For Micki and Charles Kosman, founders of the fantastic Barefoot Nomad site, travelling the globe is a way of life. They have literally spent years doing it, and so when they decided to start a family they naturally came to the conclusion that rather than stop their world-wide explorations, they’d take their kids along with them. As a family they have so far made their way through Cuba, Hong Kong, the Philippines, Costa Rica, Mexico, and the USA with more adventures planned on the horizon. After a year spent in Canada, they have just sold their cabin in Lake Manitoba and are readying themselves to get out on the road again.
As they prepare to embark on their next great adventure, they kindly took time out of their busy schedule to answer some questions about life as a family ‘on the move’ and why it’s important that we allow our children more freedom…
Q: What is the importance of travel in your lives?
It’s honestly hard for me to imagine a life without travel. We love to explore new places, try new foods and meet new people. Our world is an amazing, endlessly fascinating place.
Q: The ‘Free Range Kids’ movement has begun to gain ground in recent years – do you have any tips for parents looking to raise their children in this way?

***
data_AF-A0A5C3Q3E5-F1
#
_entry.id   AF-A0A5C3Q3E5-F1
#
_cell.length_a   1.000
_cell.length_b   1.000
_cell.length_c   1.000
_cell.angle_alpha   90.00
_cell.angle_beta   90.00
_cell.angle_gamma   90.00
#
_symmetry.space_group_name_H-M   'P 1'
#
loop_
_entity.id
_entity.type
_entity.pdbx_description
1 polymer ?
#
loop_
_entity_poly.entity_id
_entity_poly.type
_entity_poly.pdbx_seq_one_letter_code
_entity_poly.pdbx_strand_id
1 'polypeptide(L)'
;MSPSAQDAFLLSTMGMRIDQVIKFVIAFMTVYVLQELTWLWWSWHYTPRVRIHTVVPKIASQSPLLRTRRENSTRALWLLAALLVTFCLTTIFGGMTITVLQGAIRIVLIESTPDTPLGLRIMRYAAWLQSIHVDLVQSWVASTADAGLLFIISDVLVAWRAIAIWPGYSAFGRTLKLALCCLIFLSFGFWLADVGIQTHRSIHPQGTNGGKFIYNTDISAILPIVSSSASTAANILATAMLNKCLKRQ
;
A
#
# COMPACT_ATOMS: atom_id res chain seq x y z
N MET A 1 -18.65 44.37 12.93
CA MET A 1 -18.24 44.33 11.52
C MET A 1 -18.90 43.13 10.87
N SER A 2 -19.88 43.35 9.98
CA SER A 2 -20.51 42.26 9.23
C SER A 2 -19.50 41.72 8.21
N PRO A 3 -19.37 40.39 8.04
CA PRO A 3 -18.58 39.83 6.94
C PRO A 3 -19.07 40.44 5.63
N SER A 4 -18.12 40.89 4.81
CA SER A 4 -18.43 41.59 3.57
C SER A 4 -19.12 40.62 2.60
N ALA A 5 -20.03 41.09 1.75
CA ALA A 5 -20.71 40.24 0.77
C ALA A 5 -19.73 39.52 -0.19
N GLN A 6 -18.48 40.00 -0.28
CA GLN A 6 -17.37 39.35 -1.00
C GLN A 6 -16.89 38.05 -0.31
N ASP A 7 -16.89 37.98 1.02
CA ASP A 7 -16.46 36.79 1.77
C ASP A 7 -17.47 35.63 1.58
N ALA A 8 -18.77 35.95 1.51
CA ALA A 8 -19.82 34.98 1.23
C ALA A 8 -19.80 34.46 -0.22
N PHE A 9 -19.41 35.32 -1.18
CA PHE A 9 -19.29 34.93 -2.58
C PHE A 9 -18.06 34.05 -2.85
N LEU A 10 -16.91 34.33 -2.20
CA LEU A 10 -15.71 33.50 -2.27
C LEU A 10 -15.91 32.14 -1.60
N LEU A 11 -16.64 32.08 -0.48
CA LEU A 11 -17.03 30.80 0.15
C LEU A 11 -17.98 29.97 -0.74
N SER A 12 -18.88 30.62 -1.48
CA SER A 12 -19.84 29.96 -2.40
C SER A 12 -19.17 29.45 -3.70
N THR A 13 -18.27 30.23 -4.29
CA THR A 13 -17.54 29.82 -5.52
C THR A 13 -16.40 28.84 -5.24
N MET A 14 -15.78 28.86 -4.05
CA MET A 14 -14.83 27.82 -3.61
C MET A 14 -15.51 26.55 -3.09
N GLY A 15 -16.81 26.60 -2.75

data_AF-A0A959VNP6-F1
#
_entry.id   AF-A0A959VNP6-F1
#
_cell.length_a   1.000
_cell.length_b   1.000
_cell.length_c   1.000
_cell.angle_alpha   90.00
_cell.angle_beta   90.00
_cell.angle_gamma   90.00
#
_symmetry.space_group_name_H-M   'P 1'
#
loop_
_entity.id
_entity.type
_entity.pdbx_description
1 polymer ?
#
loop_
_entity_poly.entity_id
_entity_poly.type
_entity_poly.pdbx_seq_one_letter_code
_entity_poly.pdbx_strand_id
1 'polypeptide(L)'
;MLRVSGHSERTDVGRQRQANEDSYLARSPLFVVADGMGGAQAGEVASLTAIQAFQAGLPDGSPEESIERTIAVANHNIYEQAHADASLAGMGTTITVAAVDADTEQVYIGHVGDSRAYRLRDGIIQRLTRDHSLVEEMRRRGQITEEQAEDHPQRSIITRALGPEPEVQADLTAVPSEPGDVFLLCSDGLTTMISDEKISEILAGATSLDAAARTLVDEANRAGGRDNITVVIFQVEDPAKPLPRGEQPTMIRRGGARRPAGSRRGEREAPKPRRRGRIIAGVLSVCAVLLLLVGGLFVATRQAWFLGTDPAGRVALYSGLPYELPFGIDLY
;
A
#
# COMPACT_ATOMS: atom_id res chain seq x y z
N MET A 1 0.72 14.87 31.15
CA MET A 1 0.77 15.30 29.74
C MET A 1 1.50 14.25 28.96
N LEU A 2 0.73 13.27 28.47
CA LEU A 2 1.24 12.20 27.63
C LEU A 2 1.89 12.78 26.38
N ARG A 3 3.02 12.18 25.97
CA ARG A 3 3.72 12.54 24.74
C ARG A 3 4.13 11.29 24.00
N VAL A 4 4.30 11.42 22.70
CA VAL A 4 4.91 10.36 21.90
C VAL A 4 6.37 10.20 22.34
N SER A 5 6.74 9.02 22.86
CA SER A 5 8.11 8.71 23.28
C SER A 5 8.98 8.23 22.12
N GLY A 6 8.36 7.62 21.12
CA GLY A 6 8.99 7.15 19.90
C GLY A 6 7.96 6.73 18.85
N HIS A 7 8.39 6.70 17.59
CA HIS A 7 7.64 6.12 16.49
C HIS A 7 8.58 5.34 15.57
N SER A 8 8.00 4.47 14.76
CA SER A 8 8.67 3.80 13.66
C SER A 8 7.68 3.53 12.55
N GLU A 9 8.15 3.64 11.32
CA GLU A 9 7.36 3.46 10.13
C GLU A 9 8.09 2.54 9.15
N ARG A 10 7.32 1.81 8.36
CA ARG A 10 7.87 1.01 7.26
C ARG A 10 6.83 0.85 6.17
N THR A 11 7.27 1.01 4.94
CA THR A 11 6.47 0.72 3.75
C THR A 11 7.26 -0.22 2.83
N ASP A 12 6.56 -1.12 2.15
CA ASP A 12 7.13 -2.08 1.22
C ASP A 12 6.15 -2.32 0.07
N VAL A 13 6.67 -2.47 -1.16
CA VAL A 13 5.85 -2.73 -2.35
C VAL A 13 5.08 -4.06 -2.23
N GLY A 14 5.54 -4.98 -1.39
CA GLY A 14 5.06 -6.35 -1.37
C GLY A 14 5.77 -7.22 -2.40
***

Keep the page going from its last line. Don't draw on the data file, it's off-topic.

Free Range parenting is really interesting to me. It’s fascinating how parenting styles have changed in only a generation. I was essentially raised as a free range kid, but my Mom would probably just have called it taking care of the kids. It’s just how everyone was raised.
There’s a lot of fear in our culture today that doesn’t necessarily correspond to the reality. For example, people think that crime rates are increasing when crime rates across the US and Canada are much lower than in the past.
I think this culture of fear, this perception that we’re less safe than we used to be, has spilled into our parenting. We assume the world is an increasingly dangerous place (even though that may not be the case) and that we need to protect our kids from all the dangers.